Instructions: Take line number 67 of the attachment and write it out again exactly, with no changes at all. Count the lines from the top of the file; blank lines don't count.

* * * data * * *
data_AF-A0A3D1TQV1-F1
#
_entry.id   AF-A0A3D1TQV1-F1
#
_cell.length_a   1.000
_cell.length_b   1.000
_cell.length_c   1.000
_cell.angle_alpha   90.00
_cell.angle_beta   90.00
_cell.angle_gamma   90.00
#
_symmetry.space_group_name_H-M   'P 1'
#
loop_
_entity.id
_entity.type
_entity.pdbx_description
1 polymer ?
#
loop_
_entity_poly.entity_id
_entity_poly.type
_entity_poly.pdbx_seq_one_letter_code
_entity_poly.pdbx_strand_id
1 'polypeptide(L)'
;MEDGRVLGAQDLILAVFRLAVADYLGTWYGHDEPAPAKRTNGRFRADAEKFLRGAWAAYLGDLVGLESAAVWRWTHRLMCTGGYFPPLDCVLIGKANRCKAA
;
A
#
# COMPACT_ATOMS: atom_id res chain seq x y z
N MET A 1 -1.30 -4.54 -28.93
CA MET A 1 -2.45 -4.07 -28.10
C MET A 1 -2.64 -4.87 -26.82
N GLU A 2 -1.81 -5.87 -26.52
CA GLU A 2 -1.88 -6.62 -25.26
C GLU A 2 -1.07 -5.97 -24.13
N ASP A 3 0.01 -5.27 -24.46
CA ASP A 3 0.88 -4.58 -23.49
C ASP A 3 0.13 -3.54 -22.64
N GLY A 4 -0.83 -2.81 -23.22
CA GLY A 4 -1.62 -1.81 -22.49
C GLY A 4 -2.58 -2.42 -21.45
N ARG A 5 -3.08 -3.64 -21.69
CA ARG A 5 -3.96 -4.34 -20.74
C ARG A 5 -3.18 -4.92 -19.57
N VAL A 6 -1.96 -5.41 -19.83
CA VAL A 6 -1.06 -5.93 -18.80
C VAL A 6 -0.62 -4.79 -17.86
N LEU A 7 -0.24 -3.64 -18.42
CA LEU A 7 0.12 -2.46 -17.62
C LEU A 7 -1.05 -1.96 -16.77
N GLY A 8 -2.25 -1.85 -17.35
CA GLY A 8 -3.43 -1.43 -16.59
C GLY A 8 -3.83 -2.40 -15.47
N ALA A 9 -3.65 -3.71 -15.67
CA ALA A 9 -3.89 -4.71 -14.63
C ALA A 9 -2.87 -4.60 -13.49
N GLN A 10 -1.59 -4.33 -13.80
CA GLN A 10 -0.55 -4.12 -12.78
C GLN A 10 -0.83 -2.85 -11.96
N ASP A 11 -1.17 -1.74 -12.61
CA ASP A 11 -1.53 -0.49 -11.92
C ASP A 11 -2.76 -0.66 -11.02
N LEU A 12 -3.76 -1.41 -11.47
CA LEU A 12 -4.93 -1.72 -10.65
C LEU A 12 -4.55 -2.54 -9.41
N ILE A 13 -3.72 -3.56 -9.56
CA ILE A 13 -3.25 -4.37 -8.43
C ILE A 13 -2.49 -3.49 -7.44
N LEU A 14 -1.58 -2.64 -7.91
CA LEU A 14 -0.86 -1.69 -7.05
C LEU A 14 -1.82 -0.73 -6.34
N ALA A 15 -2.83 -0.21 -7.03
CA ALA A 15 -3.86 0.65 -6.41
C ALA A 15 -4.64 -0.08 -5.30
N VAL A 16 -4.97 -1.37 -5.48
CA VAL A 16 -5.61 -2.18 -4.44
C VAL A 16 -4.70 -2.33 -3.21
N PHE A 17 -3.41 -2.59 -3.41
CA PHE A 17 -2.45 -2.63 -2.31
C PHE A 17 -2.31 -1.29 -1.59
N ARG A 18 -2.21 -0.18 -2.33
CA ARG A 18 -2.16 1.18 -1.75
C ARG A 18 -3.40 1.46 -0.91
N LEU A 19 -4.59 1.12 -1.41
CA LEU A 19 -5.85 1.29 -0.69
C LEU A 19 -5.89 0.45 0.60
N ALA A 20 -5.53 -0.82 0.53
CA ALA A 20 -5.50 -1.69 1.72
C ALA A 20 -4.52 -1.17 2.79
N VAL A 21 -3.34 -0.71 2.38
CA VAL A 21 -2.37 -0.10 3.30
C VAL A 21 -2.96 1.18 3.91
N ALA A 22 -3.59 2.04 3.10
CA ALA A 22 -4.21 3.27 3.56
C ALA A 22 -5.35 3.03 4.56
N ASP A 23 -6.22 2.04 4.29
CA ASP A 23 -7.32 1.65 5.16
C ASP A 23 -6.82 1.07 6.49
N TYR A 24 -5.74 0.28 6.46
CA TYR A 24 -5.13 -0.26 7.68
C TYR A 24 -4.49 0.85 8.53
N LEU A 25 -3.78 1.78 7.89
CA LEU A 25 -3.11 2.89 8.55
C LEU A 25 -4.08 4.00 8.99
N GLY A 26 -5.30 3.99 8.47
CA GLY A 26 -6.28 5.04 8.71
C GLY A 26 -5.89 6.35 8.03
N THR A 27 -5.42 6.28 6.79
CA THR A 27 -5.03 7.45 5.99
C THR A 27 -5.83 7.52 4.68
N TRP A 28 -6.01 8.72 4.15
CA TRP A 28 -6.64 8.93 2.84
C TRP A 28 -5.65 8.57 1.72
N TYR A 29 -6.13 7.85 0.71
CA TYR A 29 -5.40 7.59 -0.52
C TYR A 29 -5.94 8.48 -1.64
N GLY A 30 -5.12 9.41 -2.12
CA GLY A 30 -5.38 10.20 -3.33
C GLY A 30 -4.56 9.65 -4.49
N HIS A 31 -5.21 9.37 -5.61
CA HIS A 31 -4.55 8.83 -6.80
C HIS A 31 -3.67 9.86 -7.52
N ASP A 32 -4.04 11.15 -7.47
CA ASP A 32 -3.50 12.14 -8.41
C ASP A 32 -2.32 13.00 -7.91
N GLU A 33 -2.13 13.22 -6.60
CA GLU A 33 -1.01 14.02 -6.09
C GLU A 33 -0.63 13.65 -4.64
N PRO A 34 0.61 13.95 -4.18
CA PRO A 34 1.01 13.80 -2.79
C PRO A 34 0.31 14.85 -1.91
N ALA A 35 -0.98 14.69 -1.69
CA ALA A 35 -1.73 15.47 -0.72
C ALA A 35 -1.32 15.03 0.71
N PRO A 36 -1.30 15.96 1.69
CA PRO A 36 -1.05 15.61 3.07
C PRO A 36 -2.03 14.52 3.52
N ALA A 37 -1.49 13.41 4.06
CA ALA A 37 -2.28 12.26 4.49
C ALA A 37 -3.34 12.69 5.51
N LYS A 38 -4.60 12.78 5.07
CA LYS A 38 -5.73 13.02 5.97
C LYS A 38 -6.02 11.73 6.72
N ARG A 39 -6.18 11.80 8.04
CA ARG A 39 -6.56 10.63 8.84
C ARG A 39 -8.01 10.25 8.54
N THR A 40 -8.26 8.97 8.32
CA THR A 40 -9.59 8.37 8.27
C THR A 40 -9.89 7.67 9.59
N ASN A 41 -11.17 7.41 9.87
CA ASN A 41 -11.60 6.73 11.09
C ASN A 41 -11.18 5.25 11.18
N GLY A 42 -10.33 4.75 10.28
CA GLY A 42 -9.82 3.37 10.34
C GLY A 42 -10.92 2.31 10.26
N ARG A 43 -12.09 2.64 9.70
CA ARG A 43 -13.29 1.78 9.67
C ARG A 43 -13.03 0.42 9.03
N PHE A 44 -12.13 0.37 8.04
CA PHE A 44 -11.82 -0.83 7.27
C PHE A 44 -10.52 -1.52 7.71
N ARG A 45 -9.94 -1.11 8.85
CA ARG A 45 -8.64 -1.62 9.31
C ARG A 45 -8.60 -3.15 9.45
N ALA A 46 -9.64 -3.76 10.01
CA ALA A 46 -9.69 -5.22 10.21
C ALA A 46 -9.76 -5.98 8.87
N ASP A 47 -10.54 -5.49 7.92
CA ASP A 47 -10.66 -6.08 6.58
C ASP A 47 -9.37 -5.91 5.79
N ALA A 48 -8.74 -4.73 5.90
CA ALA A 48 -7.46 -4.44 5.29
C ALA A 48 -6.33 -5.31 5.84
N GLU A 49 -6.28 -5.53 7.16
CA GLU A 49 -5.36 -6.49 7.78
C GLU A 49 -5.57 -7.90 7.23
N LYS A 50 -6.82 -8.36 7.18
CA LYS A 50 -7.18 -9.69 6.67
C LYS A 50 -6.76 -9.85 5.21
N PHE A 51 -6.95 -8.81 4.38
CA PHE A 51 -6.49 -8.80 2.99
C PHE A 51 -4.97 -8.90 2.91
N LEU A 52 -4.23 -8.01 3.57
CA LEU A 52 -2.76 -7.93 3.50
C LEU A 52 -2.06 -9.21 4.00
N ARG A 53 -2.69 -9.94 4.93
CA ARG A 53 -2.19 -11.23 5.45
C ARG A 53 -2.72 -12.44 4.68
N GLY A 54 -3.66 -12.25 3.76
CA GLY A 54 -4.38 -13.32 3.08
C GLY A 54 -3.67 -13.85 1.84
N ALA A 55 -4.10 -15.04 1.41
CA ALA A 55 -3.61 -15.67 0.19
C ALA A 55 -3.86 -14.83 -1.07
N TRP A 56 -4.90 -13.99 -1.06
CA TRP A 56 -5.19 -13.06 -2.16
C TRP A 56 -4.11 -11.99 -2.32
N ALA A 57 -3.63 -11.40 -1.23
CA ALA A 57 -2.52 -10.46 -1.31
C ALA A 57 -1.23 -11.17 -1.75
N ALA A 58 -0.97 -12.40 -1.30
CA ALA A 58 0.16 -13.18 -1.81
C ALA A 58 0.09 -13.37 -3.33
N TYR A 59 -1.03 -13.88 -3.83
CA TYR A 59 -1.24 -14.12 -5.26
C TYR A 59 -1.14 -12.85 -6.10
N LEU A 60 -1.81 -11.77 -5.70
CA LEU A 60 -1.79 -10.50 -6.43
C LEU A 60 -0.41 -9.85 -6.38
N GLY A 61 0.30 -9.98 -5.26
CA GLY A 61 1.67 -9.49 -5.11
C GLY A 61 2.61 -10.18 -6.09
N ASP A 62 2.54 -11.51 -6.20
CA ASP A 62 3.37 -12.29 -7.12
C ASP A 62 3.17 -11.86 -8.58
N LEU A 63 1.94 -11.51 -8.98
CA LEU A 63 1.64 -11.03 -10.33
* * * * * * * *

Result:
N ILE A 13 -3.72 -3.56 -9.56